7. Central Burying Ground, King’s Chapel, and Granary Burying Ground | Boston, USA

Okay, there are three of them. But this is where it all began for me. It wasn’t just one of these cemeteries that made an impression on me, it was all three of them equally. You’re surrounded by history in Boston, and the fact that cemeteries are history was really cemented for me on my visits to Boston.

boston cemetery

6. Oakland Cemetery | Atlanta, USA

During our trip to Atlanta, we actually dined across from the cemetery, not in it, and then took a stroll through it afterward. Had we picnicked, we wouldn’t have been alone. Beautiful place.


5. San Juan Cemetery | San Juan, Puerto Rico

Hanging out just on the edge of San Juan Cemetery along the old fort walls makes for a nice Puerto Rican coffee and mallorca break. Such a gorgeous setting.

Old San Juan cemetery 2

4. Recoleta Cemetery | Buenos Aires, Argentina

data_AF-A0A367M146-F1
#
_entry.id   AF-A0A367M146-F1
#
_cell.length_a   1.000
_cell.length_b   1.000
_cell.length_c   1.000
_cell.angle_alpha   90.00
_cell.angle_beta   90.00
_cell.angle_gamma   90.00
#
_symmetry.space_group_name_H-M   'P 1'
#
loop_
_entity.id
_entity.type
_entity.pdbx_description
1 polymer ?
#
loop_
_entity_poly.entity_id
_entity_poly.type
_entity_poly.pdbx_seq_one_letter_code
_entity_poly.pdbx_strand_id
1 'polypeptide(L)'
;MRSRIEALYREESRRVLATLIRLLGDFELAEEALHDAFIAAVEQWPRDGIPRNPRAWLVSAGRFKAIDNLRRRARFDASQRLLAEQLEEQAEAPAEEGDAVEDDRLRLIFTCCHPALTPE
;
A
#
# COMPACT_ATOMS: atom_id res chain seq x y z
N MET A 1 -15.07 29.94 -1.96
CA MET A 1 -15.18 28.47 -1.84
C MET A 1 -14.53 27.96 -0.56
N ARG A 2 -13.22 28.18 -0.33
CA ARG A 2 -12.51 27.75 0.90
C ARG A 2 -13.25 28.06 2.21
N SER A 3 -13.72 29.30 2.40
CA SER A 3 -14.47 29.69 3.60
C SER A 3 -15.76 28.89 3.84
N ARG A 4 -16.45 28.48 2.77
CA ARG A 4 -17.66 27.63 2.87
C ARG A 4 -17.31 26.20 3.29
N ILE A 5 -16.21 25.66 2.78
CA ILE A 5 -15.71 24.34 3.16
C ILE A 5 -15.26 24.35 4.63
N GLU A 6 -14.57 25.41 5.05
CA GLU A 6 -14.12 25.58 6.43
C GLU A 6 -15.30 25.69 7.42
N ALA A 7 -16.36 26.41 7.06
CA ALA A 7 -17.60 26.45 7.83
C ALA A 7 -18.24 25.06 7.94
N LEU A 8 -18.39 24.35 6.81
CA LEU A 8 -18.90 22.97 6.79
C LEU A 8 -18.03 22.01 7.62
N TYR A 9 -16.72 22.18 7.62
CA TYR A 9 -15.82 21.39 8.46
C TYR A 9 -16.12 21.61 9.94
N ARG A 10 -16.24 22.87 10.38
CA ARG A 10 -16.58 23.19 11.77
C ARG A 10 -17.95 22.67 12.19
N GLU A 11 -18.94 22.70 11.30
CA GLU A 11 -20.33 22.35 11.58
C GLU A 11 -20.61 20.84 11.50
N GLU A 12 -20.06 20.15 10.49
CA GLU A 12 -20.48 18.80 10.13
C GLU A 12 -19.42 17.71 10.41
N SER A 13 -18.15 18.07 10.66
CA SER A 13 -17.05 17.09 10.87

As the final resting place of Evita, Recoleta Cemetery sees its fair share of tourists. I’m often one of the only creepers history lovers around with a camera when in cemeteries, but definitely not in this case. It’s a beautiful cemetery and definitely deserves more than a beeline to the grave of its most-famous resident.

recoleta cemetery buenos aires

3. Lafayette Cemetery No. 1 & 2 | New Orleans, USA

I went to New Orleans for a library conference, and therefore didn’t get the time I normally would have taken to explore more of the cemeteries in this city. Even still, I quite knew I was charmed.